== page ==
Tuesday, 28 May 2019

Questions (505)

Thomas P. Broughan

Question:

505. Deputy Thomas P. Broughan asked the Minister for Housing, Planning and Local Government the income limits that are used to determine if an applicant is eligible for HAP; the discretion allowed regarding previously owned homes or existing co-owned properties that the applicant can no longer inhabit; and if he will make a statement on the matter. [22840/19]

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Written answers (Question to Housing)

In order to be eligible for HAP support, a household must first qualify for social housing support and be placed on a housing list. Applications for social housing support are assessed by the relevant local authority, in accordance with the eligibility and need criteria set down in section 20 of the Housing (Miscellaneous Provisions) Act 2009 and the associated Social Housing Assessment Regulations 2011, as amended.

The Social Housing Assessment Regulations 2011 prescribe maximum net income limits for each local authority, in different bands according to the area concerned, with income being defined and assessed according to a standard Household Means Policy. The 2011 Regulations do not provide local authorities with any discretion to exceed the limits that apply to their administrative areas. The current income limits are available on my Department's website at

https://www.housing.gov.ie/housing/social-housing/other/social-housing-support-table-income-limits

The income bands and the authority area assigned to each band were based on an assessment of the income needed to provide for a household's basic needs, plus a comparative analysis of the local rental cost of housing accommodation across the country. It is important to note that the limits introduced at that time also reflected a blanket increase of €5,000 introduced prior to the new system coming into operation, in order to broaden the base from which social housing tenants are drawn, both promoting sustainable communities and also providing a degree of future-proofing.

Under the Household Means Policy, which applies to all local authorities, net income for social housing assessment is defined as gross household income less income tax, and the universal social charge. The Policy provides for a range of income disregards. Local authorities also have discretion to decide to disregard income that is temporary, short-term or once off in nature.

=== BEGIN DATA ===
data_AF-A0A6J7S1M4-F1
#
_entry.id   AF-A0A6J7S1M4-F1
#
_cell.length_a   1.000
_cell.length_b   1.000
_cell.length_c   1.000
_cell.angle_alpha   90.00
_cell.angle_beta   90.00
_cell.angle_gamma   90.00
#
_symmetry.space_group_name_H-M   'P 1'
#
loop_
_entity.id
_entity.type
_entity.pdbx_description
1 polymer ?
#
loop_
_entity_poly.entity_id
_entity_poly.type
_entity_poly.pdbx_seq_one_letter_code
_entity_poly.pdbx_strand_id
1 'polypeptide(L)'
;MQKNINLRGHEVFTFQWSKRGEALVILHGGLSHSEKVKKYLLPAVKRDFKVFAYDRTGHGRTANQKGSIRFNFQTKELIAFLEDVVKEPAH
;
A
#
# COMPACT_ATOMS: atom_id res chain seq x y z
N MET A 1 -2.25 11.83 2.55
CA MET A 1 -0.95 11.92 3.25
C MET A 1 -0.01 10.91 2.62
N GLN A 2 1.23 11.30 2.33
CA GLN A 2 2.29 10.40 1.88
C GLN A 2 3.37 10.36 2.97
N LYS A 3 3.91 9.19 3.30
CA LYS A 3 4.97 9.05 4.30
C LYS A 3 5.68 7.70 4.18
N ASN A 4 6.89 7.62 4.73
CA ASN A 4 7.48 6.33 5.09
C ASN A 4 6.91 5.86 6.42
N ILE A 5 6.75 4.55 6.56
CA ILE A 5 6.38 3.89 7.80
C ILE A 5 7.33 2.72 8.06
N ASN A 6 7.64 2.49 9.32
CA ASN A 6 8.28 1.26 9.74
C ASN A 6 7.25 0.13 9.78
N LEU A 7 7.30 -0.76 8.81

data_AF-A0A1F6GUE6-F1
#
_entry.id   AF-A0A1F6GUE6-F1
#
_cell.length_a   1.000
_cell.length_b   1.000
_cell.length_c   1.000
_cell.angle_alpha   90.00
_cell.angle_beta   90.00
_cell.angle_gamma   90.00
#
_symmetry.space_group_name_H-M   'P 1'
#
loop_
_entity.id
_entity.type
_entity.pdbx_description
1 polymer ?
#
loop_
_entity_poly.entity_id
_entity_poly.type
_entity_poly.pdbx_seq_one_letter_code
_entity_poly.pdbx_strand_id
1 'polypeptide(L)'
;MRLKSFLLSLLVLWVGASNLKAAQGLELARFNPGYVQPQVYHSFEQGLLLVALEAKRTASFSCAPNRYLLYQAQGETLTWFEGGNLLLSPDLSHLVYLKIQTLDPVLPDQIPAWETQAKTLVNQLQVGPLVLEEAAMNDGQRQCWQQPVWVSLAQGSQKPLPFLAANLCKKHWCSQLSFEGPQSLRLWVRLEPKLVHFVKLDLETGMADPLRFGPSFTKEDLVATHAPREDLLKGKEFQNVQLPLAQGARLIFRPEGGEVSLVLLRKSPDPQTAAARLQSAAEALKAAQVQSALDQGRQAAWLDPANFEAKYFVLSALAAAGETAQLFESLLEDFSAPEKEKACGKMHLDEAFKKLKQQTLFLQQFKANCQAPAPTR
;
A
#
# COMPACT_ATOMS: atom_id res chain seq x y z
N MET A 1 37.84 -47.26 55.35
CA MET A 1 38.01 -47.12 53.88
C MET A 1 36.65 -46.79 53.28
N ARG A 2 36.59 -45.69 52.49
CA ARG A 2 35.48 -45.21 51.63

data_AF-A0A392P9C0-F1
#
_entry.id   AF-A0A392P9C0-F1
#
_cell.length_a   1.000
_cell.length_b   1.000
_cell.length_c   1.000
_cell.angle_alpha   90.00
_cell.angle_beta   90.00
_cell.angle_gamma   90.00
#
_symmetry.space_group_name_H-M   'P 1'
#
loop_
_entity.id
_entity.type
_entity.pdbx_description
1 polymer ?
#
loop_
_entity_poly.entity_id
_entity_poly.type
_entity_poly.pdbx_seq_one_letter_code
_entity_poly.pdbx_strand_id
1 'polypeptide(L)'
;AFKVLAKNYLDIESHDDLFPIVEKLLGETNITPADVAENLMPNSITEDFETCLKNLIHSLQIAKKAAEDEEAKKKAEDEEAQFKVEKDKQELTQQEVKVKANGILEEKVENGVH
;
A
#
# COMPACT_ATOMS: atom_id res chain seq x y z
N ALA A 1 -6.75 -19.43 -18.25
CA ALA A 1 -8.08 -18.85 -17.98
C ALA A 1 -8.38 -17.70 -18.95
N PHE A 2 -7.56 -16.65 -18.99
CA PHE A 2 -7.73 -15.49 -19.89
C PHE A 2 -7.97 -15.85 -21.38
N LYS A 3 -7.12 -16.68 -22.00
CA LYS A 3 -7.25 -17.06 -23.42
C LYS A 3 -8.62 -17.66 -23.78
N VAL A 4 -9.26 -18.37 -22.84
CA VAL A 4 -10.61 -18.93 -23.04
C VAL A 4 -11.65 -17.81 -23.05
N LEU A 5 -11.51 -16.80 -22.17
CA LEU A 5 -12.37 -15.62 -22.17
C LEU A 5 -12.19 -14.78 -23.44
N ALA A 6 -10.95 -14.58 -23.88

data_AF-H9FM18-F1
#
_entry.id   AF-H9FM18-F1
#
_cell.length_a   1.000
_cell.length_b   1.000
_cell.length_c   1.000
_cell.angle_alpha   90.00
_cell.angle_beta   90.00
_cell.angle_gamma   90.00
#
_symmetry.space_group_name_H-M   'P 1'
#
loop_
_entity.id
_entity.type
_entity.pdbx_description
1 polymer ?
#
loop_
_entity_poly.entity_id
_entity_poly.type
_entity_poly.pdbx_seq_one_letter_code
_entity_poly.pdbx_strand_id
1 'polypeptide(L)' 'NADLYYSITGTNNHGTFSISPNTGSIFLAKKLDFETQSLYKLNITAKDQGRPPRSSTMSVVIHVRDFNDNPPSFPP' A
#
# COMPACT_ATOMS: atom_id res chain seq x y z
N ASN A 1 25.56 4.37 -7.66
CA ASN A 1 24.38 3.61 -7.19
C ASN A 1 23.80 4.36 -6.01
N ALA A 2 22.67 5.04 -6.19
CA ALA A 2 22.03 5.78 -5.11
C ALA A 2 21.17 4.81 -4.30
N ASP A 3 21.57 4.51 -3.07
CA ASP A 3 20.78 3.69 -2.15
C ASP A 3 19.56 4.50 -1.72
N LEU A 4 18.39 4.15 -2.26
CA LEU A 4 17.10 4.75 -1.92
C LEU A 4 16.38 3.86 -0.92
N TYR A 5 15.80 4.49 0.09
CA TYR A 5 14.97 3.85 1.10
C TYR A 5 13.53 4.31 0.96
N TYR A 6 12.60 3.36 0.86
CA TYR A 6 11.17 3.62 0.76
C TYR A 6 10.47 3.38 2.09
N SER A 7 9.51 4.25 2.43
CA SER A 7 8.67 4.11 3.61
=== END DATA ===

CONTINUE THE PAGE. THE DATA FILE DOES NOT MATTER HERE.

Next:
In relation to previously owned homes or existing co-owned properties, under Section 20 of the Housing (Miscellaneous Provisions) Act 2009 and Regulation 22(1) of the Social Housing Assessment Regulations 2011, a household shall be ineligible for social housing support if it has alternative accommodation that the household could reasonably be expected to use to meet its housing need, either by occupying it or by selling the accommodation and using the proceeds to secure suitable accommodation suitable for the household’s adequate housing. However, Regulation 22(2) of the 2011 Regulations provides that this ineligibility does not apply where an applicant for social housing support owns accommodation that is occupied by his or her spouse, from whom he or she is formally separated or divorced. Under the enactment, a deed of separation is sufficient to set aside this ineligibility ground and it is not necessary to await judicial separation or divorce to get a decision on social housing support in these cases. The rationale for this exception is that the terms of a formal separation or divorce will provide for the future ownership and occupation of the family home and it will be clear whether the household that has left the family home can return to live there.

In order to provide more flexibility to local authorities to deal with cases where the ownership of the family home had not yet been finalised, the Housing (Miscellaneous Provisions) Act 2014 amended section 20 of the 2009 Act and Local authorities may now provide such households with social housing support under the Rental Accommodation Scheme or the Housing Assistance Payment scheme until ownership of the family home is resolved in a formal separation or divorce settlement.

The 2014 Act amendment provides that support in these circumstances will be reviewed by the local authority at prescribed intervals and the household will not be able to transfer to other forms of social housing support while ownership of the family home remains to be determined. However, where the household ultimately qualifies for the full range of social housing supports, the length of time the household was supported under RAS or HAP will be reckonable for the purposes of determining the household’s relative priority for a transfer.